One child who was leaving a KBHC facility said she was not permitted to attend services of her own religion. Another complained that church attendance was explicitly mandatory, remarking, “If you did not go, you got in trouble.”
Despite that record, officials at KBHC continue to insist they have done nothing wrong.
“We don’t believe we’re in violation of anything that we’ve been accused of,” said William Smithwick, president of Sunrise Children’s Services. He vowed to appeal the ruling, and on Sept. 14, attorneys for KBHC and the state asked the entire 6th U.S. Circuit Court to rehear the case.
If that hearing is denied, KBHC is expected to ask the U.S. Supreme Court to review the decision. If the Supreme Court denies review, the case will go back to the lower court for examination of what goes on inside KBHC facilities and other issues.
Pedreira said the ruling gives her cause for optimism.
“While I’m disappointed that Baptist Homes won’t be held liable for firing me, today’s decision helps ensure that government funds won’t be given to employers who discriminate based on their religious beliefs about sexual orientation, and that’s why I brought this case,” said Pedreira.
It’s safe to say that none of the parties expected the litigation to take this long, and in some ways, the lawsuit was ahead of its time. When the legal challenge was filed in the spring of 2000, the term “faith-based initiative” was not in common parlance, and questions about whether religious organizations could take tax funds and still discriminate in hiring on religious grounds were rarely being asked.
Much has changed since then. During the presidency of George W. Bush, the question of tax funding of “faith-based” groups became much more prominent. Bush issued executive orders codifying the so-called “right” of publicly supported religious groups to take faith into account when hiring staff – but that only fanned the flames of controversy.
The election of Barack Obama in 2008 led some to hope that things would change. That hasn’t happened yet. During the campaign, Obama said he opposed giving tax money to religious groups that discriminate. But he has yet to rescind the Bush orders and now says these controversies should be examined on a case-by-case basis.
As is often the case with church-state controversies, civil liberties advocates are looking to the courts for direction. Pedreira’s case was designed to be an early test of a compelling legal question: Can a religious organization take huge amounts of taxpayer aid and still insist on the right to apply a religious litmus test to employees?
The question became even more contentious during the Bush years. Perhaps that’s why Religious Right legal groups are watching the Pedreira case closely. The National Legal Foundation and TV preacher Pat Robertson’s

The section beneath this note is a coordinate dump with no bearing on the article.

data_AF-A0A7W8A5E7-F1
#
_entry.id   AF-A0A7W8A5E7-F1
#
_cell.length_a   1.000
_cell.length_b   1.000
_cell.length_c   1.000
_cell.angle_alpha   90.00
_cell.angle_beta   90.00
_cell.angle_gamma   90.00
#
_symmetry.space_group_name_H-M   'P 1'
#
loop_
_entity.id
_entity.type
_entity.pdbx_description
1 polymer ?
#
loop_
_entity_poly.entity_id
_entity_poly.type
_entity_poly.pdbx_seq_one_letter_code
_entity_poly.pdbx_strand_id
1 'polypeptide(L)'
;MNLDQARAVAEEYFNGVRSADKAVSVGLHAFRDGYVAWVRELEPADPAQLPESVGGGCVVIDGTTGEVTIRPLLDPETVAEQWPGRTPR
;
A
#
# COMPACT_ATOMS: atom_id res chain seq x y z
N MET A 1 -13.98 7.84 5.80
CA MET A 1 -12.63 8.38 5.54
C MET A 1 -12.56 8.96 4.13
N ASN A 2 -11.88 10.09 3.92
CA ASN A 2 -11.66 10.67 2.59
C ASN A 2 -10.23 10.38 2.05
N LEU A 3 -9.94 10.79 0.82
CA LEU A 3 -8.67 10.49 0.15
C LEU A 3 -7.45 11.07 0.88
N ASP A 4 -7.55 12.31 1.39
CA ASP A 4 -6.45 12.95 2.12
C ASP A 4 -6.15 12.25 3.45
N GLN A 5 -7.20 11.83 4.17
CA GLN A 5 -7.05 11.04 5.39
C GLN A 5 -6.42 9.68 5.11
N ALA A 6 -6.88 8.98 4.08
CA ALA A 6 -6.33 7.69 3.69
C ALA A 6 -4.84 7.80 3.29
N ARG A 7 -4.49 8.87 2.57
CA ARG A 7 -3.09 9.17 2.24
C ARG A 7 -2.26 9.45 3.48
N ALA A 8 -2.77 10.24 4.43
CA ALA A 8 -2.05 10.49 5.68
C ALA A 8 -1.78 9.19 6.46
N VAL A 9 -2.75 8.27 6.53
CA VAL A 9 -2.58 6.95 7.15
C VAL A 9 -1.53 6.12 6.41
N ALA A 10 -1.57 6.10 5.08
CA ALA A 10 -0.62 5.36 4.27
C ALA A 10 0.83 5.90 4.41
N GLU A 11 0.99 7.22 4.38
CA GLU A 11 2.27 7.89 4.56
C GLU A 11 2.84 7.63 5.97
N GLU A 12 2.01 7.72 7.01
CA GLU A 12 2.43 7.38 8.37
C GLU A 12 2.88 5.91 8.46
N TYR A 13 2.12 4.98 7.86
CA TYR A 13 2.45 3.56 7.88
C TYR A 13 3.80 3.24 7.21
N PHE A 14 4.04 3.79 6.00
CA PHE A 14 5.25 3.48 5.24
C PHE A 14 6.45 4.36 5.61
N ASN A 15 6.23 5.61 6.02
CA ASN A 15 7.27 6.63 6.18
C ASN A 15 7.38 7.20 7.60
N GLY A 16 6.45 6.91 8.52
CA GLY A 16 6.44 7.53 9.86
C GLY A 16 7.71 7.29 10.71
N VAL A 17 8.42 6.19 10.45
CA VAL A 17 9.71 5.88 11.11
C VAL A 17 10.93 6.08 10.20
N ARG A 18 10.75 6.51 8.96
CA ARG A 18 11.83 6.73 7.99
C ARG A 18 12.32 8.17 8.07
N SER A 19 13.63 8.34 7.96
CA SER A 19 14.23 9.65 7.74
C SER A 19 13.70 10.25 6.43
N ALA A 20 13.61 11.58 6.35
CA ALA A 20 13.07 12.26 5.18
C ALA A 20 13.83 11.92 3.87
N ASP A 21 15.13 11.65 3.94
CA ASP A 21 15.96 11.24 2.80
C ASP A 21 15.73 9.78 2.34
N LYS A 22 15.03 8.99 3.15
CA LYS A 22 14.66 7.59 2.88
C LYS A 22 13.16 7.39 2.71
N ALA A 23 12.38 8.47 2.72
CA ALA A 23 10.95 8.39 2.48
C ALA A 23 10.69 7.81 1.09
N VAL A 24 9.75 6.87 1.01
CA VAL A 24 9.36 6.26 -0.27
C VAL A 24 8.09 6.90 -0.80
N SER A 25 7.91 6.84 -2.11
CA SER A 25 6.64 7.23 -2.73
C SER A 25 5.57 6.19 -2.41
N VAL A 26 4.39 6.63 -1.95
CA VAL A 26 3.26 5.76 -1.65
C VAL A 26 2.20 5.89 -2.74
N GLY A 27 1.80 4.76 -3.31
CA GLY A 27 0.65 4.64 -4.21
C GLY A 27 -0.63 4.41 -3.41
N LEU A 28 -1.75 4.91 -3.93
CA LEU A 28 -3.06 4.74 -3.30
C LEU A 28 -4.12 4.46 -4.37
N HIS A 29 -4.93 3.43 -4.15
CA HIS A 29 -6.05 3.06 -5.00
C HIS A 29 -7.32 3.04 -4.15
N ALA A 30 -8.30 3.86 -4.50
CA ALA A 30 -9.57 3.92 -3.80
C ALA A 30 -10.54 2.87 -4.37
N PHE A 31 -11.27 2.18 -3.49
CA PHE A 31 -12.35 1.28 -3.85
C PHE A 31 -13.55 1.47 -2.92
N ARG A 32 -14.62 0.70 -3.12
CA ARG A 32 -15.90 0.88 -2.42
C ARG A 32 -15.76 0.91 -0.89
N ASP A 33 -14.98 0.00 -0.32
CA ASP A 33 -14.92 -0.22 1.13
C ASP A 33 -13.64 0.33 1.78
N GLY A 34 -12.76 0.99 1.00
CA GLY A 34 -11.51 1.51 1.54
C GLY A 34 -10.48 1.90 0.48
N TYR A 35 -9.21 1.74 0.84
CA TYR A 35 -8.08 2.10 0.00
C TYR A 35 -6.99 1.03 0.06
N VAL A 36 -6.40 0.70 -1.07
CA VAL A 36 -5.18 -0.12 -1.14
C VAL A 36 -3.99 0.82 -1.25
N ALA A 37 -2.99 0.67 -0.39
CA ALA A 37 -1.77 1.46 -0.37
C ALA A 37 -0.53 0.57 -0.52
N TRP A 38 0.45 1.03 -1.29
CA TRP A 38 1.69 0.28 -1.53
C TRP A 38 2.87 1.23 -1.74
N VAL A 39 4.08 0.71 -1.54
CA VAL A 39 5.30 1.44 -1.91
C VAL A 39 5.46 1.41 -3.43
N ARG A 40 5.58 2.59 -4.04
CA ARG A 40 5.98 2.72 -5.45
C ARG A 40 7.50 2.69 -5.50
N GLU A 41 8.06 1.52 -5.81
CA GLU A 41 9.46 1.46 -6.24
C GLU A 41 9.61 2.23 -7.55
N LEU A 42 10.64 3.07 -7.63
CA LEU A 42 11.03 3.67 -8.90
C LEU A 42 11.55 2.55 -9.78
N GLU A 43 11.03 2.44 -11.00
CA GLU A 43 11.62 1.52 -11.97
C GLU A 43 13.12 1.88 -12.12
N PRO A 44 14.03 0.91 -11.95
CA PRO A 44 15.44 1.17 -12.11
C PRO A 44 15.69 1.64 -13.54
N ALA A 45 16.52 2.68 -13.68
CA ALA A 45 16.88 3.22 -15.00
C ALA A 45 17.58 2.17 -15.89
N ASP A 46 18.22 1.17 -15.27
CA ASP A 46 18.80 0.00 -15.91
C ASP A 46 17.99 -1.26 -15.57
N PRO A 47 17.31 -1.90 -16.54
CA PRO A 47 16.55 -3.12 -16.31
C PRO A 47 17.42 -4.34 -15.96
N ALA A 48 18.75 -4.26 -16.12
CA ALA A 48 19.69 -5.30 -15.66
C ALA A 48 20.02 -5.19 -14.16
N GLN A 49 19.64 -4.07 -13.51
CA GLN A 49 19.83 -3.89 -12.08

The day the ruling was handed down, Mathew Staver, chairman of Liberty Counsel, a far-right group affiliated with the late televangelist Jerry Falwell’s empire, told the Associated Press, “It’s important for a faith-based organization to be able to hire those that are consistent with their message.”
It has also come to light that the Alliance Defense Fund (ADF), a large and well-funded Religious Right legal group, has been closely involved in the case – albeit mostly behind the scenes. On Sept.1, the ADF issued a press release reporting that it “provided funding for attorneys with the Christian Legal Society and
“Faith-based organizations should not be discriminated against for their beliefs,” said Greg Baylor, attorney for the
The ADF grudgingly admitted that the case is continuing and vowed to assist KBHC with an appeal.
Not surprisingly, Americans United sees things differently. AU Senior Litigation Counsel Alex J. Luchenitser, who argued the appeal before the court, said he was gratified by the appeals court decision.
“This decision,” Luchenitser observed, “puts the brakes on the Religious Right’s efforts to keep taxpayers out of court in order to allow unfettered public funding of religious indoctrination. Proselytizing groups should not be able to get away with using government money illegally because they think that no one can sue them.”
One of the taxpayer plaintiffs, Paul Simmons, a
Simmons, a Baptist minister who serves as president of the Americans United Board of Trustees, told the Associated Baptist Press that Kentucky Baptist Homes would have been better off sticking with private funding.
The institution, Simmons remarked, “did a good job working with disturbed and disenfranchised children who were in need of help and assistance toward maturity.”
But, he added, “Unfortunately, they had, like so many church groups, gravitated toward financial assistance from the state that removed any meaningful support from Baptists. Seventy percent of the budget was being paid by the state.
Given his strong belief that government should not fund explicitly religious organizations, Simmons said he’s pleased that the case is moving forward.
“I think on that score, we’ve got an extremely strong case and we will prevail,” he told the